I have a question regarding the phase shift produced due to an inductor. I have seen some inductor coils that have only 2-3 turns on the core. Some have only one as shown below. It is known that an AC voltage will create a phase shift between current and voltage when passed through the inductor. Now is there any realtion or threshold that states that beyond this we have phase shift of 90 between current and voltage, else we don't? Secondly, if the answer is that all the AC waves passing through the turning wires produce phase shift due to changing flux/self-induction, then if I don't have a core and I just roll a wire with AC voltage 2-3 rounds, will that create a phase shift??

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The part number of the coil used in the above is ZMCT103C. Even if these are current transformers, the primary side still has some inductance, but turns are very low. Here the AC voltage passes through the center.


2 Answers 2


If you apply an ideal sine wave voltage to an ideal inductor (air cored or not), the current lags by 90° always. The trick is using a high enough frequency so that the ideal inductor doesn't appear more like a short circuit. This is embodiled in the inductor equation: -

$$V = L\cdot\dfrac{di}{dt}$$

So, if the current is a sinewave then di/dt will imply that the resulting voltage waveform leads current by 90°.

Even if these are current transformers, the primary side still has some inductance, but turns are very low. Here the AC voltage passes through the center.

The load current defines the current flow and, the voltage developed across the single turn primary would lead the current by 90° except for one thing; current transformers use a burden resistor on the secondary that completely overrides the magnetic field in the core so, on this example, the voltage on the primary of the current transformer is largely in phase with the current flowing through it.

  • \$\begingroup\$ No I absolutely don’t mean that. I can’t see how you read that into my answer. \$\endgroup\$
    – Andy aka
    Sep 22, 2023 at 20:20
  • \$\begingroup\$ Sorry I misunderstood the answer, the inductance depends on the change of current. If the frequency is higher,higher flux changes will cause a phase shift. My question is, will it create this phase shif If I have a single wire passing through the coil as shown in the image. Secondly by higher current I meant a higher current change in time. \$\endgroup\$
    – kam1212
    Sep 22, 2023 at 20:29
  • \$\begingroup\$ No, the inductance does not depend on the change of current. I never said that either. No, flux changes won't be higher with higher frequency when the volts applied remain the same. Did you read that into my answer. If not, why are you asserting such things and proposing them to me as comments? For the rest of your comment, read the opening paragraph in my answer. \$\endgroup\$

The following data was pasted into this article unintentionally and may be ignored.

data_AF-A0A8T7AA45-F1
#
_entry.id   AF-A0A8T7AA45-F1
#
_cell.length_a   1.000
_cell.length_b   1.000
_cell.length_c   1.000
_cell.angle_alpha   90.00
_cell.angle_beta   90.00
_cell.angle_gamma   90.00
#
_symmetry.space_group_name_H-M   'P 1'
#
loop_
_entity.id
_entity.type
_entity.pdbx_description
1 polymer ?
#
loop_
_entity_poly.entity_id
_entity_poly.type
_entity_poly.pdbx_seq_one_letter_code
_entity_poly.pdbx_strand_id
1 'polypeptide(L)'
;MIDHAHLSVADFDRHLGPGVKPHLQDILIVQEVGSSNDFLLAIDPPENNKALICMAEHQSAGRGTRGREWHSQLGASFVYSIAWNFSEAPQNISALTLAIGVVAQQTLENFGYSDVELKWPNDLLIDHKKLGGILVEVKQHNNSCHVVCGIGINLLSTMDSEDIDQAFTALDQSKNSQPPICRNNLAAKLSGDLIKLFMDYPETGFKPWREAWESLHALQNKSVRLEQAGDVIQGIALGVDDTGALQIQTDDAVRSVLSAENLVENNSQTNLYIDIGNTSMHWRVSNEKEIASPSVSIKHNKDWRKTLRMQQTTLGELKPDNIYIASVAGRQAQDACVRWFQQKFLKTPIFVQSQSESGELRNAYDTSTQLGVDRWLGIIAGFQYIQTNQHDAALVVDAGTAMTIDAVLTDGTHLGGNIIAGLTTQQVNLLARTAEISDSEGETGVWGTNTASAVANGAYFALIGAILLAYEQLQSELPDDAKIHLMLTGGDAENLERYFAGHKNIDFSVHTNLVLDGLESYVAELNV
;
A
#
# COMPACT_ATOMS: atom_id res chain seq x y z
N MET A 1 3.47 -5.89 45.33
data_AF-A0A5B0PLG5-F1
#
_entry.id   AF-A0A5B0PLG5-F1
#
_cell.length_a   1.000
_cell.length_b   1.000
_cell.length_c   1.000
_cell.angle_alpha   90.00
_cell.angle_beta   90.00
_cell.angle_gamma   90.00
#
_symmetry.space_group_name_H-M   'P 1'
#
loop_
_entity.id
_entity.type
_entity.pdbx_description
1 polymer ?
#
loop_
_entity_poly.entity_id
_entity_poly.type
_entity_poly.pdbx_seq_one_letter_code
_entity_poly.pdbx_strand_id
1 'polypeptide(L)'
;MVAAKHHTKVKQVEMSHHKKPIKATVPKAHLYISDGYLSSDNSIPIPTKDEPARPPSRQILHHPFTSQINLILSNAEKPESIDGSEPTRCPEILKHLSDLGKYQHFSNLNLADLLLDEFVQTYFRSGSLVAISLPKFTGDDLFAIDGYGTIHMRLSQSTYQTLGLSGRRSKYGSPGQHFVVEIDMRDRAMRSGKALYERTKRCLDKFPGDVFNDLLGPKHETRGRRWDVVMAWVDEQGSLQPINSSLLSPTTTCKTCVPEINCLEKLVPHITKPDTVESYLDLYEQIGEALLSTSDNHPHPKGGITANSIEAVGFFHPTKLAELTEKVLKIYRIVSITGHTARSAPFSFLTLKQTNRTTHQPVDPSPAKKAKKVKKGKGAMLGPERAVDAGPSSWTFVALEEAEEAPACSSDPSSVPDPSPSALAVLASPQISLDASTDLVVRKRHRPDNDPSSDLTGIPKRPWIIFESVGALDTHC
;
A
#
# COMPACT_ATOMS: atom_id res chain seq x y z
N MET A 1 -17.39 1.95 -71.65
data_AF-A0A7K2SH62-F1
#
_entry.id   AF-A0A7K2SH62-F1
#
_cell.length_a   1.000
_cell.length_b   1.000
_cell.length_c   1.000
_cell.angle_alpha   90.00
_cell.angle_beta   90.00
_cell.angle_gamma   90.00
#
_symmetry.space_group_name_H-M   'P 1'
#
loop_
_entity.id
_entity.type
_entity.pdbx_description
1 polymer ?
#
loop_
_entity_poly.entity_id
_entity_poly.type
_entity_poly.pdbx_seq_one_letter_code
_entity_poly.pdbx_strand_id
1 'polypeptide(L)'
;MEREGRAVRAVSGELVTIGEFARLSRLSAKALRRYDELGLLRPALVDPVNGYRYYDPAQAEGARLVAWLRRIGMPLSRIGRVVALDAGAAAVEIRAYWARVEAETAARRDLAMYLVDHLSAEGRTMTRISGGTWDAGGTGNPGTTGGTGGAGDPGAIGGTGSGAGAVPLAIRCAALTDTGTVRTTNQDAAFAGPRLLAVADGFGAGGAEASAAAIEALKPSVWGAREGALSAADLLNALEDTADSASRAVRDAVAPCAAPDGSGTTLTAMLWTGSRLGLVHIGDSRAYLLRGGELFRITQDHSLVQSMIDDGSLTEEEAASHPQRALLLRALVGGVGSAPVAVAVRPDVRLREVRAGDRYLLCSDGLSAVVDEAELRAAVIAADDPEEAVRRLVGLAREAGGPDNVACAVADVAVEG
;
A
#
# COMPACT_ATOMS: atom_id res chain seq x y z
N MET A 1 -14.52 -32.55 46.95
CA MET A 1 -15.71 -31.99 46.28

– Andy aka
    Sep 22, 2023 at 21:19
  • \$\begingroup\$ @kam1212 Please also take note of this: What should I do when someone answers my question. If you are still confused about something then leave a comment to request further clarification but only if you leave an upvote as a mark of appreciation even if you don't like my pointed responses in comments. \$\endgroup\$
    – Andy aka
    Sep 22, 2023 at 21:21
  • 1
    \$\begingroup\$ Because any transformer will reflect the load on the secondary back to the primary and impedance ratio it with the turns ratio squared. So, if you have a 1:1000 CT and a 10 ohm burden then, at the primary, that burden presents itself as 10 micro ohms and this will be massively smaller than the magnetization reactance (as it should be for a CT). \$\endgroup\$
    – Andy aka
    Sep 23, 2023 at 10:09

Inductors follow the equation $$V=L*di/dt$$ That shows where the 90 degree phase shift for sinusoids comes from, the voltage is proportional to the derivative of the current, or the current to the integral of the voltage. (The derivative of sine is cosine, etc.)

Every conductor has some amount of associated inductance, even a straight piece of wire (self-inductance). When winding an inductor, the inductance is proportional to the number of turns squared.

You can see a wire self-inductance calculator here.

So there is indeed some phase shift associated with any conductor, but in most cases of a straight wire it's negligible.


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